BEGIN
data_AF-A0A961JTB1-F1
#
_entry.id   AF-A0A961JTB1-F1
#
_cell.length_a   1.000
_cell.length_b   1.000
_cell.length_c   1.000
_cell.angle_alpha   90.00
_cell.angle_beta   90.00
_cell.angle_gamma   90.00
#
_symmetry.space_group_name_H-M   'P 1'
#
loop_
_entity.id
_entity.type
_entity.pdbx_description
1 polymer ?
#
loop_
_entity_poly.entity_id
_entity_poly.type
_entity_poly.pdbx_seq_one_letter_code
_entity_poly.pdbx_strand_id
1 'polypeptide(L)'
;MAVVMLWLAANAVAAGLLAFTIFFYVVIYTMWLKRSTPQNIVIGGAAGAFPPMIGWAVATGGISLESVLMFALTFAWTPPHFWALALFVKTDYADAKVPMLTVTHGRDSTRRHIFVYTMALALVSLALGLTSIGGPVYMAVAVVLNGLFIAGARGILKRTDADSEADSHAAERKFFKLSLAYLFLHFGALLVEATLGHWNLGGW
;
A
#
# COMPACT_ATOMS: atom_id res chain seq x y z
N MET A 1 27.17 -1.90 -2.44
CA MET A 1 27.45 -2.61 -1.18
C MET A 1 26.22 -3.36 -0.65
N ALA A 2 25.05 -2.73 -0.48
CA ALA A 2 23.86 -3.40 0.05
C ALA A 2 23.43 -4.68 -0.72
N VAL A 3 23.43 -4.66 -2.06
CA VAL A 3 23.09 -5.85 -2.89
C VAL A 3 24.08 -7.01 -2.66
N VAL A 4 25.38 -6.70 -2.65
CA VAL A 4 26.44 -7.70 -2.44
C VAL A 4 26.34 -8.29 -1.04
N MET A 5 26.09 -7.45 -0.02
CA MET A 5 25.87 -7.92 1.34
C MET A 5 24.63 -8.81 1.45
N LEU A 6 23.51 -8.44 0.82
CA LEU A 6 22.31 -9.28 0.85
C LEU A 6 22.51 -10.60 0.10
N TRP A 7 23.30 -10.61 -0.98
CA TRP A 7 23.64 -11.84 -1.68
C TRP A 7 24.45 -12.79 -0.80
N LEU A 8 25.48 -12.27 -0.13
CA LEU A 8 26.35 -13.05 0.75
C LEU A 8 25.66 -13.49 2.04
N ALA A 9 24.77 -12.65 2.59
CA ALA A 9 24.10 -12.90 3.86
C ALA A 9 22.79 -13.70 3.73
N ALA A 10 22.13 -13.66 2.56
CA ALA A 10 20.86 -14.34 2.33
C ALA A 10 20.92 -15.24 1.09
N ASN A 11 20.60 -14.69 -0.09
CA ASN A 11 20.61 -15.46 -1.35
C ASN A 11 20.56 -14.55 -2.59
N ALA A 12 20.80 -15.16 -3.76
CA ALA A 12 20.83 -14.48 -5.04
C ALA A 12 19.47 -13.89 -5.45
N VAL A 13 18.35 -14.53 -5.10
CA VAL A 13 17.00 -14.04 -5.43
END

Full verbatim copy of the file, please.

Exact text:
data_AF-A0A961JTB1-F1
#
_entry.id   AF-A0A961JTB1-F1
#
_cell.length_a   1.000
_cell.length_b   1.000
_cell.length_c   1.000
_cell.angle_alpha   90.00
_cell.angle_beta   90.00
_cell.angle_gamma   90.00
#
_symmetry.space_group_name_H-M   'P 1'
#
loop_
_entity.id
_entity.type
_entity.pdbx_description
1 polymer ?
#
loop_
_entity_poly.entity_id
_entity_poly.type
_entity_poly.pdbx_seq_one_letter_code
_entity_poly.pdbx_strand_id
1 'polypeptide(L)'
;MAVVMLWLAANAVAAGLLAFTIFFYVVIYTMWLKRSTPQNIVIGGAAGAFPPMIGWAVATGGISLESVLMFALTFAWTPPHFWALALFVKTDYADAKVPMLTVTHGRDSTRRHIFVYTMALALVSLALGLTSIGGPVYMAVAVVLNGLFIAGARGILKRTDADSEADSHAAERKFFKLSLAYLFLHFGALLVEATLGHWNLGGW
;
A
#
# COMPACT_ATOMS: atom_id res chain seq x y z
N MET A 1 27.17 -1.90 -2.44
CA MET A 1 27.45 -2.61 -1.18
C MET A 1 26.22 -3.36 -0.65
N ALA A 2 25.05 -2.73 -0.48
CA ALA A 2 23.86 -3.40 0.05
C ALA A 2 23.43 -4.68 -0.72
N VAL A 3 23.43 -4.66 -2.06
CA VAL A 3 23.09 -5.85 -2.89
C VAL A 3 24.08 -7.01 -2.66
N VAL A 4 25.38 -6.70 -2.65
CA VAL A 4 26.44 -7.70 -2.44
C VAL A 4 26.34 -8.29 -1.04
N MET A 5 26.09 -7.45 -0.02
CA MET A 5 25.87 -7.92 1.34
C MET A 5 24.63 -8.81 1.45
N LEU A 6 23.51 -8.44 0.82
CA LEU A 6 22.31 -9.28 0.85
C LEU A 6 22.51 -10.60 0.10
N TRP A 7 23.30 -10.61 -0.98
CA TRP A 7 23.64 -11.84 -1.68
C TRP A 7 24.45 -12.79 -0.80
N LEU A 8 25.48 -12.27 -0.13
CA LEU A 8 26.35 -13.05 0.75
C LEU A 8 25.66 -13.49 2.04
N ALA A 9 24.77 -12.65 2.59
CA ALA A 9 24.10 -12.90 3.86
C ALA A 9 22.79 -13.70 3.73
N ALA A 10 22.13 -13.66 2.56
CA ALA A 10 20.86 -14.34 2.33
C ALA A 10 20.92 -15.24 1.09
N ASN A 11 20.60 -14.69 -0.09
CA ASN A 11 20.61 -15.46 -1.35
C ASN A 11 20.56 -14.55 -2.59
N ALA A 12 20.80 -15.16 -3.76
CA ALA A 12 20.83 -14.48 -5.04
C ALA A 12 19.47 -13.89 -5.45
N VAL A 13 18.35 -14.53 -5.10
CA VAL A 13 17.00 -14.04 -5.43